The Principal may choose another option. He or she can decide not to disclose his or her Directives in this document. If so, then Option 4 should be initialed. If the Principal has another Authority Document in circulation regarding Health Care, it is recommended to list its details in the “Additional Comments” section. If the Principal has any comments on this Option, then he or she may document them in this area as well. The Principal should sign his or her Name on the “Name” line at the bottom of the page.   The final area of “Part II: My Health Care Wishes” will begin with the statement “Additional Instructions About Your Health Care Wishes” and will be followed by several blank lines where the Principal’s Directives regarding such areas as traumatic medical events, long-term care, and/or end-of-life scenarios should be documented.5 – This Document Can Only Be Legally Executed Through The Principal Signature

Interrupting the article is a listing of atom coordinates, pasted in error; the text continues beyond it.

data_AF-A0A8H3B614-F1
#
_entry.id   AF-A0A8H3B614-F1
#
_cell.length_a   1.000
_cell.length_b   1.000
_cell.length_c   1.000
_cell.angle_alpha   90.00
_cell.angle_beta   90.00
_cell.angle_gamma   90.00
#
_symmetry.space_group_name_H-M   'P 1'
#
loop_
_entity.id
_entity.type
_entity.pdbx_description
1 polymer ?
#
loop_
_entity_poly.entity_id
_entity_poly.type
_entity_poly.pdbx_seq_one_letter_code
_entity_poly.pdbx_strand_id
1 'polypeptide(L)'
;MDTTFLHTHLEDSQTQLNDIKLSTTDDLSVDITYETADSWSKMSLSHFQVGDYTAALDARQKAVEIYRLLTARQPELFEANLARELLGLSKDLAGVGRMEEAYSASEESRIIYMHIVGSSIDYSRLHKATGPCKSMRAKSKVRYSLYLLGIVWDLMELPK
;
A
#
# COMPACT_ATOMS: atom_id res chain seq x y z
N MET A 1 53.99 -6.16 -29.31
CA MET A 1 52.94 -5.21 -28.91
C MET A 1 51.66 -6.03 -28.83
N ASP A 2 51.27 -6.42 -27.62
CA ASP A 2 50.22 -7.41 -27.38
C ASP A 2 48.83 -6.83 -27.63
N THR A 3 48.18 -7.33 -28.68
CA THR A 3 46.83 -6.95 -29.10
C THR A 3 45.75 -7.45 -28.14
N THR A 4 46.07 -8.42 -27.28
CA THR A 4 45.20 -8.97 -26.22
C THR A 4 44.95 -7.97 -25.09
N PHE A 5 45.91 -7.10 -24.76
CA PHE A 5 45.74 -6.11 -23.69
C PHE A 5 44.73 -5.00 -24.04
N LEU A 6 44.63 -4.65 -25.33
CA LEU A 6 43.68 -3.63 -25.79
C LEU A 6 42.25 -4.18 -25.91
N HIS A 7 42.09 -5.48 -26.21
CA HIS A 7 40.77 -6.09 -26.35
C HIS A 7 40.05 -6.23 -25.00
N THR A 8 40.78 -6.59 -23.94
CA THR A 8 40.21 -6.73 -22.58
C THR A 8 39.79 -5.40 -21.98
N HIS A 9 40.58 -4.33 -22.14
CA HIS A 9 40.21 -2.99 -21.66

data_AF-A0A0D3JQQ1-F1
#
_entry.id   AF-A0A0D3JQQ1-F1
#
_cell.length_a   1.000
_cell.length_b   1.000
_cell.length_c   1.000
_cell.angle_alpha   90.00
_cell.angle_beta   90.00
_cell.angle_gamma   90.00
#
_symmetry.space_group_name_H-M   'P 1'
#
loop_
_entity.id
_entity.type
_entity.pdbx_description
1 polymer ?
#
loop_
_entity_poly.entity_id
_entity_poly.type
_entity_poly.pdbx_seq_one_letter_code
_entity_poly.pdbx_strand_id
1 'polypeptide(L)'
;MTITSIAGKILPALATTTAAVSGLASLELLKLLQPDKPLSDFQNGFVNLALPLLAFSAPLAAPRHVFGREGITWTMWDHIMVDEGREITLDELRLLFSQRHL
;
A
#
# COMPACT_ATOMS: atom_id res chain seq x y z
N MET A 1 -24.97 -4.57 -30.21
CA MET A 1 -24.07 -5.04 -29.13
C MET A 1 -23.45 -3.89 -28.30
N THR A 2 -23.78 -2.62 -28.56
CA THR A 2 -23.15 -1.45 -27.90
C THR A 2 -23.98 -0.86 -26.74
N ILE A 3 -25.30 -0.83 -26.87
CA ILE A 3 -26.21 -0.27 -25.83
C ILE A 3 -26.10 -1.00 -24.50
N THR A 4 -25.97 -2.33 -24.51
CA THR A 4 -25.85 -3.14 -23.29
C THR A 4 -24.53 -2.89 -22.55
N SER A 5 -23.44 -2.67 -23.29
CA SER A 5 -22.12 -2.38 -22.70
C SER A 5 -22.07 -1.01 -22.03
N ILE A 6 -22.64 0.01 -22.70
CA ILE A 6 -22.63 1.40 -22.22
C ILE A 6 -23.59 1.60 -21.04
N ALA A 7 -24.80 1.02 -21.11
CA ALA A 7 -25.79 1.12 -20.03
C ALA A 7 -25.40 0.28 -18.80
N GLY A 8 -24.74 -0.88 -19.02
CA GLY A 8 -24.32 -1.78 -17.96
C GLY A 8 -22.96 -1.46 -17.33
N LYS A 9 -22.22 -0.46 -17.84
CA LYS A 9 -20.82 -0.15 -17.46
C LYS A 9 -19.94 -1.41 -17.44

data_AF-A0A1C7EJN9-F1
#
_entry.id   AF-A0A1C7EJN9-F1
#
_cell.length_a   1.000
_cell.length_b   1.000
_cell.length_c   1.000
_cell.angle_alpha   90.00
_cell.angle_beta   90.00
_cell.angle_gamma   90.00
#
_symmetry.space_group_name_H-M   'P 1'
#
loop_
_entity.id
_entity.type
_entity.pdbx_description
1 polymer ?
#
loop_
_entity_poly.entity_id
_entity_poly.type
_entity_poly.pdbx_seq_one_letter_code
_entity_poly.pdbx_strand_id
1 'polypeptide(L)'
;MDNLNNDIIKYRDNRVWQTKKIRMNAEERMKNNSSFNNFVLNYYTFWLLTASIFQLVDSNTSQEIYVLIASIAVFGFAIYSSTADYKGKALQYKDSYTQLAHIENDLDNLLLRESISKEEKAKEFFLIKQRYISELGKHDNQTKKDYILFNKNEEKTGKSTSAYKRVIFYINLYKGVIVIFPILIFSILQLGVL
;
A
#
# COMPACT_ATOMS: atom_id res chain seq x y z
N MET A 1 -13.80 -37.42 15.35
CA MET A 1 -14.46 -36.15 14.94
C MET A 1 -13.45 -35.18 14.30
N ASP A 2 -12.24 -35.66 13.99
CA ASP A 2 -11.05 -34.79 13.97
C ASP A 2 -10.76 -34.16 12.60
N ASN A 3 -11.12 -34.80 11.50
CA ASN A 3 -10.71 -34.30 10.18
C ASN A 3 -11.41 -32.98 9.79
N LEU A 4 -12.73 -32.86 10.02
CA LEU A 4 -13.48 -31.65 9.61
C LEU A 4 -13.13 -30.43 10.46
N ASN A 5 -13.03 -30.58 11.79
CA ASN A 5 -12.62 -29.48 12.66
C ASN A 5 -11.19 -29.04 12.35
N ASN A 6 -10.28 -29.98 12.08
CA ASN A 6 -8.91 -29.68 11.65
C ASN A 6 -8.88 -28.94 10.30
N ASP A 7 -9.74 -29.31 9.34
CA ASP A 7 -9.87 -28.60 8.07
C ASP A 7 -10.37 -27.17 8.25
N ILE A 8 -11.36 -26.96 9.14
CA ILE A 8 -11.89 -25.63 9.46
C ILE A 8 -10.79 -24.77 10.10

The definitions and instructions listed here will not be considered the Principal’s Directives unless the Principal signs this document. He or she should now focus on “Part IV: Making My Directive Legal” Here, on the day of the Principal Signing, the Principal must enter the current Calendar Date on the line bearing the label “Date” Immediately after entering the Date the Principal must sign the blank line just above the word “Signature.”Finally, the Principal should enter the City/County and the State where he or she resides on the blank line below the signature. Next, a Witness who has witnessed this signing must be able to sign his or her Name to verify the next statement and all the numbered points below it as true. The Witness must sign his or her Name to the “Signature Of Witness” line then print his or her Name on the “Printed Name Of Witness” line. After supplying his or her Name as both a signature and printed, the Witness must use the lines labeled “Street Address,” “City,” and “State to document his or her Residential Address. In some cases, this Health Directive may be an oral account of the Principal’s Wishes. If so, the exact circumstances defining how and why the Principal has not tended to this document should be supplied to the blank lines under the statement beginning with the words “If The Witness Is Signing To Confirm An Oral Directive…”The Principal’s Name should be signed to the bottom of this page on the “Name” line.